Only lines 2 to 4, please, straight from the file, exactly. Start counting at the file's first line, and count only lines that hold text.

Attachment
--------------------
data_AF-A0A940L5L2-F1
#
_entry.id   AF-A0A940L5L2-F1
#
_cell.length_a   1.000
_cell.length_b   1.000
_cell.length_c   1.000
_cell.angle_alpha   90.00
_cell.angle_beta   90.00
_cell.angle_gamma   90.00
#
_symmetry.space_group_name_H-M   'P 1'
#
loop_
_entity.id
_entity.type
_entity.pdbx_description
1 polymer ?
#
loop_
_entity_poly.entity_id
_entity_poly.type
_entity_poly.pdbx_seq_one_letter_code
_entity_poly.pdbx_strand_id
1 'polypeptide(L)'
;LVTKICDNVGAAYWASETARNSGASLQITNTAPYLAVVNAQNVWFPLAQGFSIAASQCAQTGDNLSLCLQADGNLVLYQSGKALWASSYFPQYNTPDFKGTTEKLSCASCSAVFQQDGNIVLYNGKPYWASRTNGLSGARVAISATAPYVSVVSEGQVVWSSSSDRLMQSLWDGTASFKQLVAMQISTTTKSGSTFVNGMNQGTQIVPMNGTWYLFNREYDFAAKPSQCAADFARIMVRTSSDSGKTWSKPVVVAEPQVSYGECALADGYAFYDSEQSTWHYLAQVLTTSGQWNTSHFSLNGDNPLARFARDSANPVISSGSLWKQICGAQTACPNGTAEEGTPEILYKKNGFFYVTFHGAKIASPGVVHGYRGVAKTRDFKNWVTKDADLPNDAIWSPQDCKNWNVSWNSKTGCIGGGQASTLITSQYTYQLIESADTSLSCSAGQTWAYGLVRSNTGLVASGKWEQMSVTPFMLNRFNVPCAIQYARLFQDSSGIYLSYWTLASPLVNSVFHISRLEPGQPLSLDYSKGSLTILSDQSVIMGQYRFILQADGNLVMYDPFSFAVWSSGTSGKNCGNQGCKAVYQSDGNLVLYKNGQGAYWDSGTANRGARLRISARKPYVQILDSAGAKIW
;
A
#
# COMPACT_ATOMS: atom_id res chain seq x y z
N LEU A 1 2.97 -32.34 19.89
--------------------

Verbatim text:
#
_entry.id   AF-A0A940L5L2-F1
#